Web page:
MENTION the terms sexual abuse and sexual violence and the first word to spring to mind may be rape, with the image of a tragic end to an otherwise enjoyable night out, through a combination of excess alcohol, poor judgement and ill fate, typically with someone the individual has never met before.

Yet sexual abuse and violence, of which rape makes up one aspect, includes any non-consensual sexual activity, which does not need to involve full sex to constitute a crime. In many cases, the victim knows the perpetrator. They may be a partner or ex-partner, a family friend or someone who is in a position of responsibility.

The statistics for sexual abuse and violence make for uneasy reading. Although figures reveal some form of sexual assault occurring to a quarter of women, and one in six men, the actual numbers may be much greater due to under reporting, with shame a significant barrier to many victims seeking help.

Sexual abuse and violence include any sexual activity where one party does not consent. Consent should be verbal, and enthusiastically demonstrated. Not saying no does not constitute a yes. Nor does not putting up a fight. Often victims of sexual abuse and violence are too terrified to say no, and the fear of physical violence or worse prevents them from even voicing their fears.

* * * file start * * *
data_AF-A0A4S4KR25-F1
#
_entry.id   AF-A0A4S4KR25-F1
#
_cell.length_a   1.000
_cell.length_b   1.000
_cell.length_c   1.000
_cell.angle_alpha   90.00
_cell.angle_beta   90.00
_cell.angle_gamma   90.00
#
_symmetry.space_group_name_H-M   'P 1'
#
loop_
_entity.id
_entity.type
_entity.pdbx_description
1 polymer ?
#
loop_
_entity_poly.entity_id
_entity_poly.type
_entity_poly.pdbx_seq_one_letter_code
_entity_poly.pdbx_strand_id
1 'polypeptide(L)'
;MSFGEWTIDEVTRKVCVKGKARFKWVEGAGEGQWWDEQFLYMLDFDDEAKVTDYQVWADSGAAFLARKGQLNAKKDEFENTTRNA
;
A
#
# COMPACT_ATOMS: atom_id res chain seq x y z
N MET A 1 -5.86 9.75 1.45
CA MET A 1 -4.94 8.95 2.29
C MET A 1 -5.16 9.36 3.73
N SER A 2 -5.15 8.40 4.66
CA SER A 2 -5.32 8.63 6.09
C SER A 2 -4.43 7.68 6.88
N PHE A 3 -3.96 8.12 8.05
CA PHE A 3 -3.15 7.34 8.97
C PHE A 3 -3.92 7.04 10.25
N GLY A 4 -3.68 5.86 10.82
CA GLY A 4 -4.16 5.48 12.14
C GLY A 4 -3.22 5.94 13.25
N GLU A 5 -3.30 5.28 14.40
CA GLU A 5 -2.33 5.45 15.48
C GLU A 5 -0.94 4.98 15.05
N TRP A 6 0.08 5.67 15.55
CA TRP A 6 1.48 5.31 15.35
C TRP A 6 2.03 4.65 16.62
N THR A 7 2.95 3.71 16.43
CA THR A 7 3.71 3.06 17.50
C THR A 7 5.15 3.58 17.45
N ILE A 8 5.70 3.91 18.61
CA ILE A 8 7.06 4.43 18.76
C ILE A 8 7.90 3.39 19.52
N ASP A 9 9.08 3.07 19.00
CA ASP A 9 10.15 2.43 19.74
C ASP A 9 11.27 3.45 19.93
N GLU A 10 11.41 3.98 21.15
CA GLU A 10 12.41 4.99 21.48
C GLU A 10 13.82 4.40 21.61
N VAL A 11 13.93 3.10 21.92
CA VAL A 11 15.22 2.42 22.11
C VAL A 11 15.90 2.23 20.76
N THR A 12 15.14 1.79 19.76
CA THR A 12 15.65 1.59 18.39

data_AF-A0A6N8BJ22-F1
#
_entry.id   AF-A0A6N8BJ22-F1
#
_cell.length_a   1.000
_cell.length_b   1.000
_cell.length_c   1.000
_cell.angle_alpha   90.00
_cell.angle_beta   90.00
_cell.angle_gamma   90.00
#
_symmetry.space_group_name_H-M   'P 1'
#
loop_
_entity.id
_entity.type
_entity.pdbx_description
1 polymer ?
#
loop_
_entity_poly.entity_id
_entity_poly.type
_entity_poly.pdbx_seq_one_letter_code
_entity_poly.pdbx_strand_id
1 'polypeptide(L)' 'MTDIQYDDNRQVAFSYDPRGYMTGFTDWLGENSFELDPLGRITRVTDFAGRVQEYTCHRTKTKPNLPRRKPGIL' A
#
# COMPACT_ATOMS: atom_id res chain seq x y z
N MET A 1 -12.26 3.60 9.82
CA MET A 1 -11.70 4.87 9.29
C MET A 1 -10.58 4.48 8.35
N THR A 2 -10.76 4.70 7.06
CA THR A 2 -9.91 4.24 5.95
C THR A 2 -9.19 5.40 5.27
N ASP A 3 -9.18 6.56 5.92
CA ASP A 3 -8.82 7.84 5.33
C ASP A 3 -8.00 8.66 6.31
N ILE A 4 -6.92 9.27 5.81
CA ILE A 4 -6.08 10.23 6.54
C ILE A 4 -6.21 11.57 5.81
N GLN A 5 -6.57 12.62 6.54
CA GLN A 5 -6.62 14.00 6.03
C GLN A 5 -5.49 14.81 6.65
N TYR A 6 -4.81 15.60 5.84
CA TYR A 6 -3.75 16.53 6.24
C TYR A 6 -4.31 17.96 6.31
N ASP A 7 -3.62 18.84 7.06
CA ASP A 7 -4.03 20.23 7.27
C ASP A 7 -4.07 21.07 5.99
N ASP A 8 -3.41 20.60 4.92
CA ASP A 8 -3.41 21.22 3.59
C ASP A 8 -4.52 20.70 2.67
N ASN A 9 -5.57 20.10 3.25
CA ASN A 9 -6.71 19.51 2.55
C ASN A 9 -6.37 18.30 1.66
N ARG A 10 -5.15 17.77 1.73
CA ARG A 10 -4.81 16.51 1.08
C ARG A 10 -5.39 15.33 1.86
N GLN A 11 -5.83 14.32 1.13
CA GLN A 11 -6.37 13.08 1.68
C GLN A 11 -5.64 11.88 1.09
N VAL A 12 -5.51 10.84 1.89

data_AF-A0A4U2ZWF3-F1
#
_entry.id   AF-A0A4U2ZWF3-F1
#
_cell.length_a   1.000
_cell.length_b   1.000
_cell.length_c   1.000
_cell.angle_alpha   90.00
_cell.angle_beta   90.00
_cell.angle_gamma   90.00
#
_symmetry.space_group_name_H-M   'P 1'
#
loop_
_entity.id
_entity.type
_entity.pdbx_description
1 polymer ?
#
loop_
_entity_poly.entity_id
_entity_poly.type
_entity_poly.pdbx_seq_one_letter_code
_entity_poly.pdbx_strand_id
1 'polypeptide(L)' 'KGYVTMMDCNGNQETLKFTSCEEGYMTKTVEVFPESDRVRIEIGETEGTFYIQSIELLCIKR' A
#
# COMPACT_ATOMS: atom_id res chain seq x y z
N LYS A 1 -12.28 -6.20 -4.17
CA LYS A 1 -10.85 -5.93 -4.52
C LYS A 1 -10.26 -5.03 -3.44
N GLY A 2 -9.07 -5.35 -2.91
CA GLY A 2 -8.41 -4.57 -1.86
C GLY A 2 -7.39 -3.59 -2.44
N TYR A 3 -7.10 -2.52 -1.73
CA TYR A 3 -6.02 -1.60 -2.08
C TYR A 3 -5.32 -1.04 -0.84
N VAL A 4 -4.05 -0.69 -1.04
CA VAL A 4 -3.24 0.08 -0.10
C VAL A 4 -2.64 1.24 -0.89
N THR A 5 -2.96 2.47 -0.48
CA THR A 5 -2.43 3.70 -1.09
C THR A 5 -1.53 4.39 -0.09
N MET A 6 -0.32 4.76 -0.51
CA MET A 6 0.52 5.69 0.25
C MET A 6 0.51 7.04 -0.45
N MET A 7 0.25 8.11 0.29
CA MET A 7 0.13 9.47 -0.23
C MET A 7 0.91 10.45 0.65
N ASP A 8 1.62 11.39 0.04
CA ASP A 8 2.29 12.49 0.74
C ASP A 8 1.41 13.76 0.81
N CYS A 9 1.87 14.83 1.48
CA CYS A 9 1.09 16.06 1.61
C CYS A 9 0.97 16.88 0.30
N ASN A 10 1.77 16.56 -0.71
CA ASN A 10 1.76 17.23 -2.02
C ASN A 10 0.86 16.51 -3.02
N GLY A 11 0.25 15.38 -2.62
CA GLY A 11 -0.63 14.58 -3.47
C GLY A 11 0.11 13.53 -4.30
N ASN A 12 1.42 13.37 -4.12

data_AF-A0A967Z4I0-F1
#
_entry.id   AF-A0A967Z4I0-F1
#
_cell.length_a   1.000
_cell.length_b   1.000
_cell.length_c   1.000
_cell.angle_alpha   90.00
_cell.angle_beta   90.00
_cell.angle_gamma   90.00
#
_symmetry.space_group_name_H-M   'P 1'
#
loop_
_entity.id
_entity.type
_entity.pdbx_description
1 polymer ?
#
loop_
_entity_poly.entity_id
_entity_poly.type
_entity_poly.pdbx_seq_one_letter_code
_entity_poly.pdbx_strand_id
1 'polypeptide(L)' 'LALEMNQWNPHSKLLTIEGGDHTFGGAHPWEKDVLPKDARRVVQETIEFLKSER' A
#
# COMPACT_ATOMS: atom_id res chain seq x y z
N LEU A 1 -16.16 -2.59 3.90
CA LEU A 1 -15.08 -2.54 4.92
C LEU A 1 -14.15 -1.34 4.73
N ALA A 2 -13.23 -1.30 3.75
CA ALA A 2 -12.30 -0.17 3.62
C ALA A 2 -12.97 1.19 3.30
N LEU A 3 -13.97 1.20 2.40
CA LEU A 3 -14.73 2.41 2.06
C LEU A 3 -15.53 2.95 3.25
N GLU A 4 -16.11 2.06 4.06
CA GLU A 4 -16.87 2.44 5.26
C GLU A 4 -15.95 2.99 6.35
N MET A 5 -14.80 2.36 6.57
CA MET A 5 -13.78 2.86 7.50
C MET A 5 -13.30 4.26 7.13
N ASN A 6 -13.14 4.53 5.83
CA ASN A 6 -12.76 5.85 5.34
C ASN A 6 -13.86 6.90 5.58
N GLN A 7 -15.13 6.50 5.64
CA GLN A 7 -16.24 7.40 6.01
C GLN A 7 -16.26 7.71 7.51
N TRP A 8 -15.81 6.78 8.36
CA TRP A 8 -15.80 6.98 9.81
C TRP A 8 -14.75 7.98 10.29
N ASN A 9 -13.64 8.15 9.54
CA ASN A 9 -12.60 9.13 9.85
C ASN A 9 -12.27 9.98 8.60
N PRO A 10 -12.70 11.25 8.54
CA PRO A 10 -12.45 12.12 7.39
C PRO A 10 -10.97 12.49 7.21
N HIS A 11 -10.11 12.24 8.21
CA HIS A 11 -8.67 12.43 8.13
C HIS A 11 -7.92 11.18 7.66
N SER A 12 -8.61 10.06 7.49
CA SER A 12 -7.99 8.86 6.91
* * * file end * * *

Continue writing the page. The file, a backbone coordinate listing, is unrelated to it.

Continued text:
To consent, the person has to be in control of their faculties, i.e., not under the influence of alcohol or other substances, and also fully understand what they are agreeing to. Hence children cannot consent to sexual activity. Nor can those who are mentally handicapped.

Spotting abuse can be difficult, especially as the perpetrator may be a respected person. Adult victims may demonstrate anxiety and fear around their abuser, or seek to act in a manner that reduces any confrontation. Sexually abused children will either retreat into themselves or demonstrate hypersexualised behaviour.

The scars of sexual abuse and violence can be lifelong. Mercifully we now live in a culture with a greater recognition of what constitutes abuse, with a widely-held belief that such behaviour can never be accepted nor condoned. We also have robust institutions, with fully-trained professionals, to support victims.

Sex should be enjoyable for both parties, who should feel the confidence to voice their desires, yet also the freedom to say no at any point.